Tuesday afternoon Nik and I set out to explore a new neighborhood.Â We originally planned to visit Suthep, which is the neighborhood just south of Chiang Mai University, but then decided to go to the Tha Pae Gate area instead.Â I must admit that I encouraged the decision against Nik’s wishes. You see, Tha Pae Gate is the tourist mecca of Chiang Mai.Â Everyone and their sister, brother, mother, aunt and cousin stay here when they visit Chiang Mai.Â This is where Tuk Tuk drivers sit and wait at every corner waiting for a foreigner to walk by.Â And since we like to consider ourselves “temporary locals”, we steer clear the same way that most New Yorkers stear clear of Times Square.
Unfortunately for Nik, I am curious about these touristy areas.Â I want to know what everyone else that visits this town sees.Â I want to know how they are treated and what they eat for dinner.Â I want to see the guest houses where they stay.Â I want to see them, the tourists!!Â Who are they?Â Are they young or old?Â Are they families or singles or couples?Â Are they Americans or Europeans or Australians or Africans or Asians?Â Where do they congregate?Â Do they actually go to the Starbucks and Burger King?
I am also interested to know if the true locals act differently in the tourist mecca.Â Do they try to haggle you into their stores and restaurants like they did in Koh Phi Phi?Â Do they spend their leisure time here or do they choose to dine and live elsewhere?Â What are the houses like in this neighborhood?Â Are they cleaned up so that the tourists think Thailand is perfect, or are they just like all of the other neighborhoods?
On Tuesday I found answers to most of these questions.Â The majority of tourists are caucasian, and are probably from Australia or Europe because we haven’t encountered very many Americans.Â Most look to be in their 20’s and traveling in pairs, but I did see a few families with younger children.Â There are tons of guest houses to choose from. I mean one, if not 4, every block.Â The guest houses range from dilapidated old concrete block buildings to sleek modern resorts.Â Most of them have restaurants that serve western food along with a few Thai dishes, and most of the tourists I saw eating were at one of these establishments.Â I’m certain that all of the menu items are marked up by 200-300% in this neighborhood verses the area that we live.Â There are street vendors selling the typical Thai snacks, but most of them are within the neighborhoods instead of the main streets.Â Which brings me to my next observation, I saw very few tourists walking through the smaller neighborhood streets.Â They were all either at their guesthouse restaurant or walking up and down the main streets.Â I find this very unfortunate!Â The side streets are the best part of Chiang Mai!!!Â You can find so many interesting places, and you can see from several of my previous posts.Â And finally, tourists do go to Starbucks for their lattÃ¨s andÂ frapacinos.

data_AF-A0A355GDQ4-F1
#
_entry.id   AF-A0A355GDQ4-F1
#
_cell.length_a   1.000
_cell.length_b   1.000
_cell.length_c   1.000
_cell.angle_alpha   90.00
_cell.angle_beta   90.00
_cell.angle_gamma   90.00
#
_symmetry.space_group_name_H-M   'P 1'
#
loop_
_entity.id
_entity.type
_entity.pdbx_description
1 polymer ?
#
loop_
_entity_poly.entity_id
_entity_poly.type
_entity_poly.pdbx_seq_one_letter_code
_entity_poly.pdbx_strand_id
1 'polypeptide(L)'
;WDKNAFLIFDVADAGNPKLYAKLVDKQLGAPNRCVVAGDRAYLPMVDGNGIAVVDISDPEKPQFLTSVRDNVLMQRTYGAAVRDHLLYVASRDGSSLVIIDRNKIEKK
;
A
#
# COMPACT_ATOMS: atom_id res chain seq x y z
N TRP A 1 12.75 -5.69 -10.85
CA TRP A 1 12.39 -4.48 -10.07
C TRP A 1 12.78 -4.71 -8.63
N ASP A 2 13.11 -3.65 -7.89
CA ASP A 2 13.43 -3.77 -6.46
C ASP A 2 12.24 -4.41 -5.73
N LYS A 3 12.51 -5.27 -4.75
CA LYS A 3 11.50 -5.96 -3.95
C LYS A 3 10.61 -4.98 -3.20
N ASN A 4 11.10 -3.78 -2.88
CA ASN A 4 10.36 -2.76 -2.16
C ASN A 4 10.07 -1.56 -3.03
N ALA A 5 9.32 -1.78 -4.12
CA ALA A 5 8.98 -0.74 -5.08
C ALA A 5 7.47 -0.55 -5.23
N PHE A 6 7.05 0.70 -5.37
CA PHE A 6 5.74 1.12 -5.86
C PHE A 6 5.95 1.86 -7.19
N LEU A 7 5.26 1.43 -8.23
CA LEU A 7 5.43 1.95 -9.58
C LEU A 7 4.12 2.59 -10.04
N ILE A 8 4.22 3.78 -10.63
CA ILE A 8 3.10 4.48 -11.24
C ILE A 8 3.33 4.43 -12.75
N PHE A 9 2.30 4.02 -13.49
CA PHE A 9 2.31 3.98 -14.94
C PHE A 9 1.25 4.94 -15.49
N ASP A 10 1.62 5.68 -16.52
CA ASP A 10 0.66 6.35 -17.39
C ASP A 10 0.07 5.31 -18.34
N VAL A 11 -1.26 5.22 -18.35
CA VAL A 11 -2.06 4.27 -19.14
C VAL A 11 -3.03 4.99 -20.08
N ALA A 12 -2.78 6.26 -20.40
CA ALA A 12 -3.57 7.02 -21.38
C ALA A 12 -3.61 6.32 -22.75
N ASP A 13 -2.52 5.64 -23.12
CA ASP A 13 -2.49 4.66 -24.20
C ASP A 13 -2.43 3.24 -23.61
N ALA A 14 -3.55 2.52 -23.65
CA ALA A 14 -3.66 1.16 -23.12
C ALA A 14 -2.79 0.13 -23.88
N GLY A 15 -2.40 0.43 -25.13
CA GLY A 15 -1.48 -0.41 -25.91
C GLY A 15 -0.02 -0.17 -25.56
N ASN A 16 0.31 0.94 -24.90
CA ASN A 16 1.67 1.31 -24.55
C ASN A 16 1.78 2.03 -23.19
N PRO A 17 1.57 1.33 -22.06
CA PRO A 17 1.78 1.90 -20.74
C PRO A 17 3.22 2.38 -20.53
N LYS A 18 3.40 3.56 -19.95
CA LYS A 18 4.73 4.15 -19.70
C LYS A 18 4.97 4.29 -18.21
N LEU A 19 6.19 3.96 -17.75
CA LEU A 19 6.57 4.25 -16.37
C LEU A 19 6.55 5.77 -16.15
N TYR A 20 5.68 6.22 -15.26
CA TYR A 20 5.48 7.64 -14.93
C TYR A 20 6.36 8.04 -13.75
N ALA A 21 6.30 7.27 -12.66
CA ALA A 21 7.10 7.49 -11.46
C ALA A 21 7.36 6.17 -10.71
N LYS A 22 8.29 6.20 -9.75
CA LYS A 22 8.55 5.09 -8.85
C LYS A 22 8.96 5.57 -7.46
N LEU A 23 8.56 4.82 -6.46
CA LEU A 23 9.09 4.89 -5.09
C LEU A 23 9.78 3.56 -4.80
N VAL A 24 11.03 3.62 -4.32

As for the Thai people in this neighborhood, they seemed to be the same as everywhere else. They smiled when I smiled.Â The massage girls asked me to come in for a massage.Â Half of the street vendors ignored me, half of them smiled and said hello.Â The houses are similar to the ones in my neighborhood…gates, walls, bright colors and barking dogs.Â The main streets didn’t seem to attract very many leisure locals, but I did visit on a Tuesday afternoon, so I’m sure that everyone was at work or school.Â I guess I’ll just have to come back this weekend!!!Â Just kidding…Nik would have a fit!
In the midst of all of this curiosity, I found time to do a little shopping and have a 60 minute massage.Â I wish I could remember the name of the spa, but I know that it was in a yellow building that had a guest house and small restaurant and it is located on Tha Phae Road Soi 5 behind Wat Mahawan.Â Since it is low season, I was able to walk right in and the kind host brought me a glass of water while he prepared my massage room.Â Once in the room, I waited for about 20 minutes before the maseus joined me.Â First she did the traditional foot soak and massage, then I had requested that the longer massage focus more on the back and shoulders.Â It was more of a deep tissue massage than I expected, which was perfect.Â Then when I came back outside the host brought me a delicious fruit tea, I paid my bill (350 Baht or $10.20), and left to meet Nik to go home.
It was another good day in Chiang Mai.Â Next tourist destination…the Night Bazaar!!!